Jump to content
  • Welcome to the eG Forums, a service of the eGullet Society for Culinary Arts & Letters. The Society is a 501(c)3 not-for-profit organization dedicated to the advancement of the culinary arts. These advertising-free forums are provided free of charge through donations from Society members. Anyone may read the forums, but to post you must create a free account.

Cooking with tarragon


TAPrice
 Share

Recommended Posts

Today at the farmer's market, I bought a fistful of the most fragrant tarragon I've ever encountered. Tonight, I chopped a little and sprinkled it over some fresh black drum that I also got at the market. Very nice.

But now I'm still got lots of tarragon and wondering how to do this bunch of herbs justice before it goes bad. Any suggestions for a dish that uses a lot of tarragon?

Todd A. Price aka "TAPrice"

Homepage and writings; A Frolic of My Own (personal blog)

Link to comment
Share on other sites

Actually, tarragon is my "special secret" to my bolognaise sauce. I even start with :blush: a jar of sauce (usually Prego with mushrooms), a pound of hamburger, a pound of Italian sweet sausage out of the casings, a bunch of chopped onion, fresh mushrooms if I have them, and the tarragon. Brown the meats together, pour off most of the fat, add the onions and saute until softened. Dump in the jar of sauce, the sliced mushrooms, some (a small can) of tomato paste, a small can of tomato sauce, some canned diced tomatoes (no juice) and a bunch of tarragon, about a Tbsp. ( I usually use dried and scrunch it in the palm of my hand.) Let the sauce simmer for about an hour, then turn off, move to a cold burner and cover. When you come home from the bar, start the water for the pasta, put a bunch of basil in the sauce ( dried basil, or julliened fresh) and bring up to serving temp. Oh, yeah, a BUNCH of garlic, run thru a press in the first batch of stuff, too. If you don't want to press the garlic mince it, fine, fine, fine, or run it by your Microplane. You're the first person I've ever given this recipe to: feel honored! ( I never claimed this is Italian, but every one loves it, even the cats!) A Tbsp. of dried tarragon is about equal to a scant quarter cup of fresh...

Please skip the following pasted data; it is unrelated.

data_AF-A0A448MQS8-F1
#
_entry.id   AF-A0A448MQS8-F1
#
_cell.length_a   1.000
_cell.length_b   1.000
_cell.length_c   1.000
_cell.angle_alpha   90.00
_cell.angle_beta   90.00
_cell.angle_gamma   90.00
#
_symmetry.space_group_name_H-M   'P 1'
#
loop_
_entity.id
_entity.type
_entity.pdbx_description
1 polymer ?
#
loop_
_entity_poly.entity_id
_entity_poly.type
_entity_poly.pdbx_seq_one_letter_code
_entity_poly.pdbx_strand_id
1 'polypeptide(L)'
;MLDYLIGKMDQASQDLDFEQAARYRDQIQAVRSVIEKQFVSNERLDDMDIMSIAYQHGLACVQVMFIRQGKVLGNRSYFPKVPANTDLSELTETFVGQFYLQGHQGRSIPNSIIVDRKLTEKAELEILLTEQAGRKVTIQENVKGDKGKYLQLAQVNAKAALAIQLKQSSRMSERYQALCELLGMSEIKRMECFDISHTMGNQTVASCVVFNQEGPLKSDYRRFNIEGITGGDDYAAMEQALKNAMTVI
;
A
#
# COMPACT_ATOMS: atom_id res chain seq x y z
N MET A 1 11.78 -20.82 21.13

"Commit random acts of senseless kindness"

Link to comment
Share on other sites

Today at the farmer's market, I bought a fistful of the most fragrant tarragon I've ever encountered. Tonight, I chopped a little and sprinkled it over some fresh black drum that I also got at the market. Very nice.

But now I'm still got lots of tarragon and wondering how to do this bunch of herbs justice before it goes bad. Any suggestions for a dish that uses a lot of tarragon?

You could make bernaise sauce for a surf and turf dinner.

I also use tarragon to make chicken stock. Make a multiple-quart batch, then freeze it.

Enjoy.

Motochef!

Motochef! Enjoying fine food while motorcycle touring.

Motoblog! Motochef's Notes, Comments and Points of Interest

Motochef!

Link to comment
Share on other sites

Green beans with bacon and tarragon.

French and blanch the beans. Add to a pan with hot bacon bits. Mix with tarragon vinegar and fresh tarragon.

Everyone got to pick a favourite dish that we would have at special meals, this was always my sister's pick.

Link to comment
Share on other sites

If the leaves are not too big , I would use them in a salad with grapes (red or green), toasted pine nuts, caramelized shallots, red wine vinegar and a nice olive oil, maybe a bit of parsley to cut it. I know it sounds intense but the balance achieved with the sweet grapes, nuts and vinegar is really good. Not something you eat a large bowl of but as a refreshing starter or a side to a nice roasted bird (quail, duck or chicken).

Also use it in a sauce for roast or sautéed chicken. Reduce brown chicken stock down to a 1/3 or 1/4 of it's volume with some herbs and chopped shallots, strain, reduce heat and add a nice spoonful of Dijon mustard, then a touch of cream and then whisk in butter a small cube at a time until incorporated and emulsified , stop when your sauce has a nice velvety texture or your conscience can't handle anymore. Season and then add tarragon leaves and leave to infuse over the lowest heat setting, then serve with your chicken or bird of choice.

Cricklewood

Link to comment
Share on other sites

See my post about Summer Menus from yesterday in this forum. A good handful of tarragon in the fish stew really goes well.

Another good use is in a chicken dish. Brown some chicken pieces (leg, thigh, breast) then add S&P plus herbs de province. Bake until just cooked through. Take them out of the oven & pour off most of the fat from the roasting pan.

Now add lots of chopped mushrooms (I prefer a mix of wild & white) to the pan & fry until just softened, then add lots of cream. Reduce just a bit then add lots of chopped tarragon. Serve immediately as a sauce over the chicken pieces.

Did this recently at a dinner party & got 14 rave reviews. People loved the tarragon although many couldn't figure out what it was that gave the sauce that terrific flavor.